In any business, the legal doctrine of “respondeat superior” holds principals legally responsible for the actions of their agents. Under this doctrine, as an employer, you are liable for the conduct of your employee while the employee is acting within the scope of his/her employment.
Another way that an employer can become liable for his employee is under a theory of negligent hiring, where an employer is held responsible for the conduct of an employee if the employer failed to use due care in hiring and retaining the employee. The classic example of a circumstance involving negligent hiring is where an employer hires a driver and fails to check the driving record where it would have revealed a poor driving history.
Alter Ego Liability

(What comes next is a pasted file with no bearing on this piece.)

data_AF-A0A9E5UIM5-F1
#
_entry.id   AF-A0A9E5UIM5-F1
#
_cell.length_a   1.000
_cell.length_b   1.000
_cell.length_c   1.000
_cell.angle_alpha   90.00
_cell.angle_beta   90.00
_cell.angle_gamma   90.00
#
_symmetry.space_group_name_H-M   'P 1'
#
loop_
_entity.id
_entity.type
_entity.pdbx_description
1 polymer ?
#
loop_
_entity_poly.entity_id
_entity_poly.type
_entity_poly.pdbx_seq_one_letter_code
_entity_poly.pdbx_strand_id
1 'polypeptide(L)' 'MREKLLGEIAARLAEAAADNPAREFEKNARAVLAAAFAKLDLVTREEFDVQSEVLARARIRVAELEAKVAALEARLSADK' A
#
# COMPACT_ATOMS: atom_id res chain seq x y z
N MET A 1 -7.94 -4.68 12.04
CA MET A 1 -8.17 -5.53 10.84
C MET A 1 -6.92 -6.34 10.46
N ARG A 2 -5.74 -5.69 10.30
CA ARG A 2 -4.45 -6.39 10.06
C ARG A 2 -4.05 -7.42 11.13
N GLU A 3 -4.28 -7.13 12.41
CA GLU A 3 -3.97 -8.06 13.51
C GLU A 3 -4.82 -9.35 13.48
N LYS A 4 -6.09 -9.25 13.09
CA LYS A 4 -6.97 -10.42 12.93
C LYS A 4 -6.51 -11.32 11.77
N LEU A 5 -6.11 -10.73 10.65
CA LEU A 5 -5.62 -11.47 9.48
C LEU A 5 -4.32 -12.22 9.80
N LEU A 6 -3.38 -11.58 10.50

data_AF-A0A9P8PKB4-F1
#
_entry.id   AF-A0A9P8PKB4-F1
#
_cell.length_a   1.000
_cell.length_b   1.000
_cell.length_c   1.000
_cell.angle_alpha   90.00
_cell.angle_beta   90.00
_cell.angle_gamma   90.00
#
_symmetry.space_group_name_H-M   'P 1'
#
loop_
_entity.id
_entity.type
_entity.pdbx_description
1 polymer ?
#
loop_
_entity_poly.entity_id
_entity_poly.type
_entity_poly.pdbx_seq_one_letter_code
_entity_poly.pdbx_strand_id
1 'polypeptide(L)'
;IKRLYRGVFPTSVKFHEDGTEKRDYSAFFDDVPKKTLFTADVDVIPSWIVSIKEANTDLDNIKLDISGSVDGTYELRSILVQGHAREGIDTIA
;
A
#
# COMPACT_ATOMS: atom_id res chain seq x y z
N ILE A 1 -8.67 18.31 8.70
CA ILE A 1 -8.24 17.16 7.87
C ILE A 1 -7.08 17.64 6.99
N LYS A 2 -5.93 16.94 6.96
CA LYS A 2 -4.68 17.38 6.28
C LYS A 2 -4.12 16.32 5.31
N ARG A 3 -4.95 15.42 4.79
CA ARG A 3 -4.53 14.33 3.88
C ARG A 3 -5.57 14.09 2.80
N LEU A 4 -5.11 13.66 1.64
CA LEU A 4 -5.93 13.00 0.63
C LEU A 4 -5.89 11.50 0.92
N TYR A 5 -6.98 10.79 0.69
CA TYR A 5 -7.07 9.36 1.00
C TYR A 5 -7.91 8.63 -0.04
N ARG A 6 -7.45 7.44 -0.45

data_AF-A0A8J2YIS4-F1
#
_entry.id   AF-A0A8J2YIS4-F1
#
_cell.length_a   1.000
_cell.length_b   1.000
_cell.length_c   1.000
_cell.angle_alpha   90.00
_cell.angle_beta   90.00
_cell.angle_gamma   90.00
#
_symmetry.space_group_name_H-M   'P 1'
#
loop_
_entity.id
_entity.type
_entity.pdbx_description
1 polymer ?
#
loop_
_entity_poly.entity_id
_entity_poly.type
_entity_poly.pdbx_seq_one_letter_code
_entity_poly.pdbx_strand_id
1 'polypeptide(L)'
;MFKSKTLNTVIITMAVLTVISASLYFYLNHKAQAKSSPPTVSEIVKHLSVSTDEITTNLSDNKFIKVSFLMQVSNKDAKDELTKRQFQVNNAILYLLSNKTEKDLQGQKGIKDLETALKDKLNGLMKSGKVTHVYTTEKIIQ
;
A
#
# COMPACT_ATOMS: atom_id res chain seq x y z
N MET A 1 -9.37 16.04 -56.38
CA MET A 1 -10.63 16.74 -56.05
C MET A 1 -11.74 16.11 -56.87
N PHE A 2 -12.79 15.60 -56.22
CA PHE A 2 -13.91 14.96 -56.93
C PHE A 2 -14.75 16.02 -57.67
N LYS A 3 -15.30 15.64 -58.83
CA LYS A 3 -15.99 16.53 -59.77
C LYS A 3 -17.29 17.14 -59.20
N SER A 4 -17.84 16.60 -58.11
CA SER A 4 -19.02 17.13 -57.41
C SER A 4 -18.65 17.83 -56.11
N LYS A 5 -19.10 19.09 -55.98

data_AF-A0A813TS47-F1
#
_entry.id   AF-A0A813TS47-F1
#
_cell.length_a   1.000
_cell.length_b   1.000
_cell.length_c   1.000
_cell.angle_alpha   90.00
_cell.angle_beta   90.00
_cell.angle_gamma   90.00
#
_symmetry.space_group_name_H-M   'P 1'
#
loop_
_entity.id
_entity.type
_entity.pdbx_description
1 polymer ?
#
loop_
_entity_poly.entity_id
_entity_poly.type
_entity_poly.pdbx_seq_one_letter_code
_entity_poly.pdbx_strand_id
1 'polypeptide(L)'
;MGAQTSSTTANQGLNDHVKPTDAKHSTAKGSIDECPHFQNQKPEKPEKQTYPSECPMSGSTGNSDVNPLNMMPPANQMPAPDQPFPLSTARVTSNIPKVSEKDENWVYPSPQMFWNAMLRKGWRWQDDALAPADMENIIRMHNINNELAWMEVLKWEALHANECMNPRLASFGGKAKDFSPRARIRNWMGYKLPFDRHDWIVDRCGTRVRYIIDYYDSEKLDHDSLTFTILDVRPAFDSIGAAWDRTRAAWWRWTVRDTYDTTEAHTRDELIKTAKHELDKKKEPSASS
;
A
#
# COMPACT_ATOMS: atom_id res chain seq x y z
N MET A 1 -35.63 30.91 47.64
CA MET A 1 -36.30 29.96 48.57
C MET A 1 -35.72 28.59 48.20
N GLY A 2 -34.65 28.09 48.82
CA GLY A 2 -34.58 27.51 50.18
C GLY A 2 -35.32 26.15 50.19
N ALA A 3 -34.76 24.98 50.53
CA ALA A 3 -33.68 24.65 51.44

The phrases “piercing the corporate veil” and “alter ego liability” embody concepts which represent serious concerns for any businessperson who must rely on the corporate liability shield which normally protects him or her from liability for debts incurred by the corporation. Alter ego liability extends in other directions as well, to any individual or corporate entity, such as an owner, partner, or principal in an agency relationship, closely identified with the affairs of another corporation, who may be found liable for the corporation’s conduct and debts. The equitable doctrine of piercing the corporate veil under an alter ego theory can be described by the following two-part test: (i) was there such unity of interest and lack of respect given to the separate identity of the corporation by its shareholders that the personalities and assets of the corporation and the individual are indistinct, and (ii) would adherence to the corporate fiction sanction a fraud, promote injustice, or lead to an evasion of legal obligations. In a similar way, a member of an LLC may also be held liable for the LLC’s debts if the court imposes alter ego liability.